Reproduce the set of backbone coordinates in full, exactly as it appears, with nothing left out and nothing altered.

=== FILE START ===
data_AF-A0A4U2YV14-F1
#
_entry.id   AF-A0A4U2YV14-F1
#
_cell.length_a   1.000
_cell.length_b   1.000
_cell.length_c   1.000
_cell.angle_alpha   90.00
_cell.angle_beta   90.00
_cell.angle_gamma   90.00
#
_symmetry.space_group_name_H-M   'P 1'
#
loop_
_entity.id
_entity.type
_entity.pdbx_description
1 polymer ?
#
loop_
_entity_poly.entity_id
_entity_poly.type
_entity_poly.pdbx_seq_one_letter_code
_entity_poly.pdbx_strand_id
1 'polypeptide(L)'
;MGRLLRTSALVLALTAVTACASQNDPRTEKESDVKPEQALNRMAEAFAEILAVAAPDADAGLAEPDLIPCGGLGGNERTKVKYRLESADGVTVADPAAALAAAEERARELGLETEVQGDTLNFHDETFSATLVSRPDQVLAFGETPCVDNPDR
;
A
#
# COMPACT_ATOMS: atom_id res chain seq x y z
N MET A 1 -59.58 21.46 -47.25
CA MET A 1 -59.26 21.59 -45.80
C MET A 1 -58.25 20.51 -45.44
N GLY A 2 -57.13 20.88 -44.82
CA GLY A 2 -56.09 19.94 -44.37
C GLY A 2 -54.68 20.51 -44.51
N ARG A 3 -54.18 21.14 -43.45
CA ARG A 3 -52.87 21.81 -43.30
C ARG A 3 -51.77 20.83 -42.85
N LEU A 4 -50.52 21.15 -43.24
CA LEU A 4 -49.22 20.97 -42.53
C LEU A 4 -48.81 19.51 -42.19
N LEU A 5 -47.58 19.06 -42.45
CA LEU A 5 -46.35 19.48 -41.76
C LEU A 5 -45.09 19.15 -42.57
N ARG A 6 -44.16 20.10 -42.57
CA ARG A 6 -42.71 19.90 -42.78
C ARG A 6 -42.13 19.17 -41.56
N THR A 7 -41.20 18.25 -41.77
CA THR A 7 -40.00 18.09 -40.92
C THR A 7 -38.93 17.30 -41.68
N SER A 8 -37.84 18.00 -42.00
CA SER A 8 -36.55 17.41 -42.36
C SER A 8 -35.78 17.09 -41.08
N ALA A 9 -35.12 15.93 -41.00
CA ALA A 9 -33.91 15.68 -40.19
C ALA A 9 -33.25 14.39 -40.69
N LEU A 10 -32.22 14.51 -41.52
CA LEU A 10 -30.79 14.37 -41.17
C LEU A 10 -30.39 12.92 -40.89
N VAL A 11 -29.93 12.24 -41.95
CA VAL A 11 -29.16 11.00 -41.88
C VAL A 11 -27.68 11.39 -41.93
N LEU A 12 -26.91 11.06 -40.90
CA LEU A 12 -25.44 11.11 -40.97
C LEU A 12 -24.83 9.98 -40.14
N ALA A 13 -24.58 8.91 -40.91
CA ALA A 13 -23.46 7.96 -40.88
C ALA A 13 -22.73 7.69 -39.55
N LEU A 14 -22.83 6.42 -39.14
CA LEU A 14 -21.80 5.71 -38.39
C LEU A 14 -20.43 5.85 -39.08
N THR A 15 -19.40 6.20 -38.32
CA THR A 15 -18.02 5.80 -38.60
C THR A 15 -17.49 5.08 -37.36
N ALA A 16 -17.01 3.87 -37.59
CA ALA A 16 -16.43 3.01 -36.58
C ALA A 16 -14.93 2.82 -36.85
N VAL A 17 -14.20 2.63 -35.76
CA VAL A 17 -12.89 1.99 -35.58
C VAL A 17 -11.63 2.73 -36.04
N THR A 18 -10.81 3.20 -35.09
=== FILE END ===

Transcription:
data_AF-A0A4U2YV14-F1
#
_entry.id   AF-A0A4U2YV14-F1
#
_cell.length_a   1.000
_cell.length_b   1.000
_cell.length_c   1.000
_cell.angle_alpha   90.00
_cell.angle_beta   90.00
_cell.angle_gamma   90.00
#
_symmetry.space_group_name_H-M   'P 1'
#
loop_
_entity.id
_entity.type
_entity.pdbx_description
1 polymer ?
#
loop_
_entity_poly.entity_id
_entity_poly.type
_entity_poly.pdbx_seq_one_letter_code
_entity_poly.pdbx_strand_id
1 'polypeptide(L)'
;MGRLLRTSALVLALTAVTACASQNDPRTEKESDVKPEQALNRMAEAFAEILAVAAPDADAGLAEPDLIPCGGLGGNERTKVKYRLESADGVTVADPAAALAAAEERARELGLETEVQGDTLNFHDETFSATLVSRPDQVLAFGETPCVDNPDR
;
A
#
# COMPACT_ATOMS: atom_id res chain seq x y z
N MET A 1 -59.58 21.46 -47.25
CA MET A 1 -59.26 21.59 -45.80
C MET A 1 -58.25 20.51 -45.44
N GLY A 2 -57.13 20.88 -44.82
CA GLY A 2 -56.09 19.94 -44.37
C GLY A 2 -54.68 20.51 -44.51
N ARG A 3 -54.18 21.14 -43.45
CA ARG A 3 -52.87 21.81 -43.30
C ARG A 3 -51.77 20.83 -42.85
N LEU A 4 -50.52 21.15 -43.24
CA LEU A 4 -49.22 20.97 -42.53
C LEU A 4 -48.81 19.51 -42.19
N LEU A 5 -47.58 19.06 -42.45
CA LEU A 5 -46.35 19.48 -41.76
C LEU A 5 -45.09 19.15 -42.57
N ARG A 6 -44.16 20.10 -42.57
CA ARG A 6 -42.71 19.90 -42.78
C ARG A 6 -42.13 19.17 -41.56
N THR A 7 -41.20 18.25 -41.77
CA THR A 7 -40.00 18.09 -40.92
C THR A 7 -38.93 17.30 -41.68
N SER A 8 -37.84 18.00 -42.00
CA SER A 8 -36.55 17.41 -42.36
C SER A 8 -35.78 17.09 -41.08
N ALA A 9 -35.12 15.93 -41.00
CA ALA A 9 -33.91 15.68 -40.19
C ALA A 9 -33.25 14.39 -40.69
N LEU A 10 -32.22 14.51 -41.52
CA LEU A 10 -30.79 14.37 -41.17
C LEU A 10 -30.39 12.92 -40.89
N VAL A 11 -29.93 12.24 -41.95
CA VAL A 11 -29.16 11.00 -41.88
C VAL A 11 -27.68 11.39 -41.93
N LEU A 12 -26.91 11.06 -40.90
CA LEU A 12 -25.44 11.11 -40.97
C LEU A 12 -24.83 9.98 -40.14
N ALA A 13 -24.58 8.91 -40.91
CA ALA A 13 -23.46 7.96 -40.88
C ALA A 13 -22.73 7.69 -39.55
N LEU A 14 -22.83 6.42 -39.14
CA LEU A 14 -21.80 5.71 -38.39
C LEU A 14 -20.43 5.85 -39.08
N THR A 15 -19.40 6.20 -38.32
CA THR A 15 -18.02 5.80 -38.60
C THR A 15 -17.49 5.08 -37.36
N ALA A 16 -17.01 3.87 -37.59
CA ALA A 16 -16.43 3.01 -36.58
C ALA A 16 -14.93 2.82 -36.85
N VAL A 17 -14.20 2.63 -35.76
CA VAL A 17 -12.89 1.99 -35.58
C VAL A 17 -11.63 2.73 -36.04
N THR A 18 -10.81 3.20 -35.09